Q: Is your personal commitment to this work connected to your Jewish identity?
George: My work is inextricably tied to my Jewish identity. I was imbued with a tradition of service to the vulnerable in the community. My grandfather had visited refugee camps after World War II to assist orphaned Holocaust survivors come to Australia for a new life, and both he and my father had a long history of service to the Jewish community in Sydney and in Brisbane.
I grew up around Holocaust survivors and learned their history. I cannot look at those who have fled violence and war and who risk death on their return without empathising with them, given the experience in Europe and of those who attempted to flee to Palestine but were detained in Cyprus by the British Government.
Finally, my many years of religious education have had an impact on me – in particular the concept of tikkun olam.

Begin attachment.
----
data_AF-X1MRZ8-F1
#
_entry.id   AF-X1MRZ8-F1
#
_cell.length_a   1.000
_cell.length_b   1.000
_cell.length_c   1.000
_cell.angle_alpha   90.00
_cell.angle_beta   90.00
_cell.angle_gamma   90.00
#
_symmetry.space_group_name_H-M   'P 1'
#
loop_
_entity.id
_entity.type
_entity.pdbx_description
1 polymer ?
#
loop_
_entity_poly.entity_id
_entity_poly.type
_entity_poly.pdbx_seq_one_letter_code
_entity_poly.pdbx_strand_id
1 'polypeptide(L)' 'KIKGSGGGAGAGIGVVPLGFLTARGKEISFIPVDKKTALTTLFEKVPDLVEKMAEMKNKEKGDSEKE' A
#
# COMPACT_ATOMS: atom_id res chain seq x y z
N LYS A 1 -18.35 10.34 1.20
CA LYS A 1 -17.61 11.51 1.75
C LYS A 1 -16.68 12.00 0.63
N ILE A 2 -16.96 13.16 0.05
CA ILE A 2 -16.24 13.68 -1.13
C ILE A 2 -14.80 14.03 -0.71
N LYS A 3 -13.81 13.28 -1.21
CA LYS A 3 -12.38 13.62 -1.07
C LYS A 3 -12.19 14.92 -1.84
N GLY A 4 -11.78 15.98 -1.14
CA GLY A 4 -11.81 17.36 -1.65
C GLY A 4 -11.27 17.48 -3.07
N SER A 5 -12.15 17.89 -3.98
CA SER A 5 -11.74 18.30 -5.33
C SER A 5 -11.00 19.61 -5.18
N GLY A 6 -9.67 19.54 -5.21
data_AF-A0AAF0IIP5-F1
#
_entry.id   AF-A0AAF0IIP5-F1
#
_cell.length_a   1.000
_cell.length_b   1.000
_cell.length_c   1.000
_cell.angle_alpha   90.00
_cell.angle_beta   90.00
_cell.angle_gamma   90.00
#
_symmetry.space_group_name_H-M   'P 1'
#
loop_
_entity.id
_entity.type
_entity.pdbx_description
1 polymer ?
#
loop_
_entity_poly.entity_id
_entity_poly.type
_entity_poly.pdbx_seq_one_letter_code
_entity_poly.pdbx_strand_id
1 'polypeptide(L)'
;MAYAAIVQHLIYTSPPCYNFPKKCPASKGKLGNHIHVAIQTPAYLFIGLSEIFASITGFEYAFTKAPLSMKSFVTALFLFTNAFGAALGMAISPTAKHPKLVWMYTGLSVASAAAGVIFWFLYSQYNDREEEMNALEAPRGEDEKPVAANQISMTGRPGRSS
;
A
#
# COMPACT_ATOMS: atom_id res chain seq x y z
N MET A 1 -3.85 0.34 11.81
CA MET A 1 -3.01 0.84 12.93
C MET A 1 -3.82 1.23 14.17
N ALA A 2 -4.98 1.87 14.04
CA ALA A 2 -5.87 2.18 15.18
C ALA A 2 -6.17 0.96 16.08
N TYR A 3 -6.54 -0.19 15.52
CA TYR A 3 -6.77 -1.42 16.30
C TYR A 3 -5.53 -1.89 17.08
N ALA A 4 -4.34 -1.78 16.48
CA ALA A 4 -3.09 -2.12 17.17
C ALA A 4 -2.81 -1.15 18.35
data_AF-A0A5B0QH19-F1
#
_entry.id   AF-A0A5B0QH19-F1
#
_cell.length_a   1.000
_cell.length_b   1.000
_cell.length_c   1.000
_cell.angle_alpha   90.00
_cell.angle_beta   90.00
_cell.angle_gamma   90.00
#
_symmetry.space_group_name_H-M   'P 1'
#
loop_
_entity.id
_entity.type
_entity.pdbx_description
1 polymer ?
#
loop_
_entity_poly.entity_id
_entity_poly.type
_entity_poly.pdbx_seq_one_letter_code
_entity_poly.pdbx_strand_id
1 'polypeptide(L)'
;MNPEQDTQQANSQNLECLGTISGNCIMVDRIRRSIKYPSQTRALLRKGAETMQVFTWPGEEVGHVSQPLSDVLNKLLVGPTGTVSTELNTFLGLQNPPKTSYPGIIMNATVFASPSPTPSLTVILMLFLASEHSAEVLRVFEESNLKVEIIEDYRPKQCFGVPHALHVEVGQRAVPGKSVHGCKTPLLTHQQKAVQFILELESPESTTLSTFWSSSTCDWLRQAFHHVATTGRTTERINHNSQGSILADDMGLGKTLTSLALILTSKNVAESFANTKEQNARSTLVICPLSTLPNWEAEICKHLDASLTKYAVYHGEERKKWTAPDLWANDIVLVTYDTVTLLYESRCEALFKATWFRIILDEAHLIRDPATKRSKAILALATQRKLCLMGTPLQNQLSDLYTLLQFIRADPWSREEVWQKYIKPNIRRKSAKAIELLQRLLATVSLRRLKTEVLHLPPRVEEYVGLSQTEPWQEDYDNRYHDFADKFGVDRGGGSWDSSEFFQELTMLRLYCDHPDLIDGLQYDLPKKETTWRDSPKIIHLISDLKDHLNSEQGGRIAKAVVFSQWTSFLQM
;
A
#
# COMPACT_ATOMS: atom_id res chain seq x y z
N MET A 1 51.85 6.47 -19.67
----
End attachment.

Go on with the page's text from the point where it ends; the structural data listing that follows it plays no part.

Q: What kind of engagement on this issue would you like to see from the Australian Jewish community?
George: I find many Jewish people are touched by the plight of refugees and are supportive of better processes and standards of care but, as with the broader Australian community, this concern does not always translate into a public call for change to government and policy-makers.
It might assist if the Jewish community spoke out about the systemic injustice and cruelty. This might be through calling for proper process, transparency, proper medical care, the sharing of their own refugee experience (especially the antisemitic prejudice suffered by Jewish refugees coming to Australia) and explaining the background to the Refugee Convention.
Many Australians are not aware that Jews seeking asylum were turned away from Western and other countries prior to and during the Holocaust, and many were returned to their death at the hands of the Nazis.
Also, with government support cut to many NGOs and legal centres that assist refugees, financial or volunteer support from members of the Jewish community would be helpful.
Q: Is there anything else you would like to add?